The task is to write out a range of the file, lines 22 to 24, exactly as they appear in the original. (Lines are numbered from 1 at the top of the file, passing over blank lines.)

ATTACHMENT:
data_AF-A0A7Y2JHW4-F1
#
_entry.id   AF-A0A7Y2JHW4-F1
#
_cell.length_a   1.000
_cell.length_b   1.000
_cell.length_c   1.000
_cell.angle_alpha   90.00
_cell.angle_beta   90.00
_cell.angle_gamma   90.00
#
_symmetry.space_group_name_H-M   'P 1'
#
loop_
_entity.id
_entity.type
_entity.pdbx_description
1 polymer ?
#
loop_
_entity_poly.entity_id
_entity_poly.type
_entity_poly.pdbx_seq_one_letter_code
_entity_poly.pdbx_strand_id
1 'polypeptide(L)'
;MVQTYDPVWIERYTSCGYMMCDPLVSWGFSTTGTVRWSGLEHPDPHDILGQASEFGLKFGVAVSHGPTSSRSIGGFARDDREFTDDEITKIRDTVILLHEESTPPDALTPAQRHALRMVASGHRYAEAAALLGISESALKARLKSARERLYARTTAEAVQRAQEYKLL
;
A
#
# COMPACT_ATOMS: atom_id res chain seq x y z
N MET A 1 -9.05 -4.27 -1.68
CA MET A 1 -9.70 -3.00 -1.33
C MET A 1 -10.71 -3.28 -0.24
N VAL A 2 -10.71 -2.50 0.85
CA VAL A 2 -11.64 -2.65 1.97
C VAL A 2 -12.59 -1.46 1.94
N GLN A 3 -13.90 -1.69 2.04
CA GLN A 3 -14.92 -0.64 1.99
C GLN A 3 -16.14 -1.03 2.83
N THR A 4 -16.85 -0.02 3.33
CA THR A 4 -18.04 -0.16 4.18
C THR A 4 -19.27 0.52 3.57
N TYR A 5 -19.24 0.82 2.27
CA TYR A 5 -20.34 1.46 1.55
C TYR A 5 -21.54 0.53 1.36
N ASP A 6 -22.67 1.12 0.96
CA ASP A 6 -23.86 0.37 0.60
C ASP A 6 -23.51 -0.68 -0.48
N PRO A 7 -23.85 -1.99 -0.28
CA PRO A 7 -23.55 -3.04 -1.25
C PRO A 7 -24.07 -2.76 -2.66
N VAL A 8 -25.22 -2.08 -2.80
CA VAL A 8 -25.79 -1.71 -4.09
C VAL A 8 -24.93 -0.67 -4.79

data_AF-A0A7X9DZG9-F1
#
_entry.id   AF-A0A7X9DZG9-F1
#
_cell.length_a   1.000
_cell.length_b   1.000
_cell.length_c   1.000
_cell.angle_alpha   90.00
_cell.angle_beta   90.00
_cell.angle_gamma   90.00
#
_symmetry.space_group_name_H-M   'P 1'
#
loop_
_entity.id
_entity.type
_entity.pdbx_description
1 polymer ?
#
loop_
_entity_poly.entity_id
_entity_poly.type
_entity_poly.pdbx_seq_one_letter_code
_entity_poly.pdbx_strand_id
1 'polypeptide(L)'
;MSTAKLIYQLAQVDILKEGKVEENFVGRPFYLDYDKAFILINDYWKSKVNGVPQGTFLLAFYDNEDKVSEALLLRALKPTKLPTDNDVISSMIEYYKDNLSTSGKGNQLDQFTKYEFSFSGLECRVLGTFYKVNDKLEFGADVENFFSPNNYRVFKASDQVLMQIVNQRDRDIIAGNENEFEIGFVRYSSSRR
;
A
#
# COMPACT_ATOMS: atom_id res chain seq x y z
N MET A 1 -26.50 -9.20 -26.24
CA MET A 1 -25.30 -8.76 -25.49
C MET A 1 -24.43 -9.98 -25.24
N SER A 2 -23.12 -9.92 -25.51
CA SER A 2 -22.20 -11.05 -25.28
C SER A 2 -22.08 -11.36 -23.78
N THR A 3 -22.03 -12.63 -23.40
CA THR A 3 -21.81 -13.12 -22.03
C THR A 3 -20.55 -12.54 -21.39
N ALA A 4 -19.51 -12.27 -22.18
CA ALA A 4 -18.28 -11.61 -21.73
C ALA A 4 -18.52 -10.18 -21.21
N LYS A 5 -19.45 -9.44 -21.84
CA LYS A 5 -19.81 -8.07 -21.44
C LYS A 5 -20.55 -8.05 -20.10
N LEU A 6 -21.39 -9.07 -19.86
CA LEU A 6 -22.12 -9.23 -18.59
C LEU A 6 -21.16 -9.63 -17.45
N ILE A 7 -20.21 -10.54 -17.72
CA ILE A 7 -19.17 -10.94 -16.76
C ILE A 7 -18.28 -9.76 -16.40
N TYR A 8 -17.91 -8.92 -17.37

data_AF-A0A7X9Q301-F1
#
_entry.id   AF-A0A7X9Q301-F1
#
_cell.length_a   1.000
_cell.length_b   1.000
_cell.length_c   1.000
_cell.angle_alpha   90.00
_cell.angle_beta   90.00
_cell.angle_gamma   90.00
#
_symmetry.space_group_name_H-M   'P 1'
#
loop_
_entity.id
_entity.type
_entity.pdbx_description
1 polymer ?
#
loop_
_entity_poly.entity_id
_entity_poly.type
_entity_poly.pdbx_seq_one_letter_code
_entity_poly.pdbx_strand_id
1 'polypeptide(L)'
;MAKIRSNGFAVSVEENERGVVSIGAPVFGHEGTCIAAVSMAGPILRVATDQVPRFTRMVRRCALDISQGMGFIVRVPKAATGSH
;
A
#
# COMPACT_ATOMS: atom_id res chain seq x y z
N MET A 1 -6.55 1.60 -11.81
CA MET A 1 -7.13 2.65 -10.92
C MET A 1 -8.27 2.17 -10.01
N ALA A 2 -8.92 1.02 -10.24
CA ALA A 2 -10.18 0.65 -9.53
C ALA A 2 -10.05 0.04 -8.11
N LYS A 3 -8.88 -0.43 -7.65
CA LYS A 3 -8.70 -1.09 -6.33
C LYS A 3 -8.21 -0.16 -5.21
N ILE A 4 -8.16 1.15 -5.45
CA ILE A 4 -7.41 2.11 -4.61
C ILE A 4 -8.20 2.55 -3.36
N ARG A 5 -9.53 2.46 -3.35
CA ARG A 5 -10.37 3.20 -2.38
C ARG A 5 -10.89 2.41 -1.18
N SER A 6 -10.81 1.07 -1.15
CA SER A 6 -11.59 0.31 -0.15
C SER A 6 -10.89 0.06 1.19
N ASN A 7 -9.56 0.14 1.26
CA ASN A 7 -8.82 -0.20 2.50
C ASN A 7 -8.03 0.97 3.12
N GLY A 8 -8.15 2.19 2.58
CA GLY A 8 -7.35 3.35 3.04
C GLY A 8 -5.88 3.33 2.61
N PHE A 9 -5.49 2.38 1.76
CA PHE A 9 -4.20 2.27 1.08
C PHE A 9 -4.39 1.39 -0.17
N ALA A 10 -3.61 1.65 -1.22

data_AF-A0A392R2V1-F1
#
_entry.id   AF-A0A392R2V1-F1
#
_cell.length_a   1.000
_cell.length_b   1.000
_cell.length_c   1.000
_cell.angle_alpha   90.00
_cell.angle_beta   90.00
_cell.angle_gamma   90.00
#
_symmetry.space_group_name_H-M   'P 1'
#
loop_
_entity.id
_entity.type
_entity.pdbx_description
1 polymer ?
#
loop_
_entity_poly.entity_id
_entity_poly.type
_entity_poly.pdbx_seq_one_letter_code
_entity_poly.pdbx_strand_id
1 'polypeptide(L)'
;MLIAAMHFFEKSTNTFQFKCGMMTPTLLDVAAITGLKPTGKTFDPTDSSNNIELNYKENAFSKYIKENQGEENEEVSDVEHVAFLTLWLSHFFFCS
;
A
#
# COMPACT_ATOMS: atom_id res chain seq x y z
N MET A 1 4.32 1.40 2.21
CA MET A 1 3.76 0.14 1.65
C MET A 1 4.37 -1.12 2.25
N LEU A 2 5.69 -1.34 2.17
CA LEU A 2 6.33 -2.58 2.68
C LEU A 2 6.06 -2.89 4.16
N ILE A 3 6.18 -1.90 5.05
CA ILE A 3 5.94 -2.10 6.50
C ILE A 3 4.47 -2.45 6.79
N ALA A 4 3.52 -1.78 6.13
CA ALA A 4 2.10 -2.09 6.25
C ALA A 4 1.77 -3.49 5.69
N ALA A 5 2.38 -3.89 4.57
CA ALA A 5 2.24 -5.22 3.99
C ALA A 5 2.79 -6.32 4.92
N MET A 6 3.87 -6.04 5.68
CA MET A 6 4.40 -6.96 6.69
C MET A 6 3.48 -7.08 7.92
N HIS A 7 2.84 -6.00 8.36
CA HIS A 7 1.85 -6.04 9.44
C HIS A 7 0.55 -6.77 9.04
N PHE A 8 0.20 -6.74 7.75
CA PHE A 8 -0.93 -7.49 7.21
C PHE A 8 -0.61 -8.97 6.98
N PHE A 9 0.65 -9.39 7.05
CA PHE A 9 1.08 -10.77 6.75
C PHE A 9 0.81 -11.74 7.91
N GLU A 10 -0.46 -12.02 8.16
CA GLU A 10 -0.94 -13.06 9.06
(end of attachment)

_entity_poly.type
_entity_poly.pdbx_seq_one_letter_code
_entity_poly.pdbx_strand_id